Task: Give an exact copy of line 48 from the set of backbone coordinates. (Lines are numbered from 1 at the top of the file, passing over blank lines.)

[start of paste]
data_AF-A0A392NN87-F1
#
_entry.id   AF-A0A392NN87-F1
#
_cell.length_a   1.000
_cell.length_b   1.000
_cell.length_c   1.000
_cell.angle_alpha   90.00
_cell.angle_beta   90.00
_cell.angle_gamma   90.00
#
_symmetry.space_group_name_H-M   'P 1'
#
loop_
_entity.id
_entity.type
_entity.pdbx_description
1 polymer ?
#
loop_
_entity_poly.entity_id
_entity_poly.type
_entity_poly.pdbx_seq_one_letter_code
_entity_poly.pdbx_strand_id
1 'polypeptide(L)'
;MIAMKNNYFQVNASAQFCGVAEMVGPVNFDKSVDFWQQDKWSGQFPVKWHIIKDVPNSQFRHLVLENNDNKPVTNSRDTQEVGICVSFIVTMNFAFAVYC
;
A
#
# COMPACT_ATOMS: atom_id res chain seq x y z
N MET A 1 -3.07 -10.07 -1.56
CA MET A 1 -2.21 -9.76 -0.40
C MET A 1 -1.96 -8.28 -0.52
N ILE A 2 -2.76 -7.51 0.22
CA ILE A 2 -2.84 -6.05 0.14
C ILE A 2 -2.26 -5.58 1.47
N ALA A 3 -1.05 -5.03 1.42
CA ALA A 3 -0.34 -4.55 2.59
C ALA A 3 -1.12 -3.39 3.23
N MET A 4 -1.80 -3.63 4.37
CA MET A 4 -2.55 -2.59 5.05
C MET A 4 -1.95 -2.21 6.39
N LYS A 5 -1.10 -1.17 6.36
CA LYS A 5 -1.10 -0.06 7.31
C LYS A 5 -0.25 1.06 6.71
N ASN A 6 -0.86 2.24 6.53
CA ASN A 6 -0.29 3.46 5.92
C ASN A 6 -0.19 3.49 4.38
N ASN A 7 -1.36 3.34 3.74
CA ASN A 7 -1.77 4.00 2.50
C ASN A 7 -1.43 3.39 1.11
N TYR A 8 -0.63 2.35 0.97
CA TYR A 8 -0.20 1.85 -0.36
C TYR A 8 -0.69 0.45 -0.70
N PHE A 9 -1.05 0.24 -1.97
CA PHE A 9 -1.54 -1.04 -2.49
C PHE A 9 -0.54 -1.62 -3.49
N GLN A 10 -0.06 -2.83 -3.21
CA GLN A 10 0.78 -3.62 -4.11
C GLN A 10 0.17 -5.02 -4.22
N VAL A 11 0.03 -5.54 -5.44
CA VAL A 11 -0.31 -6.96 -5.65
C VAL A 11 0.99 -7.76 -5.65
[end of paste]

C ASN A 6 -0.19 3.49 4.38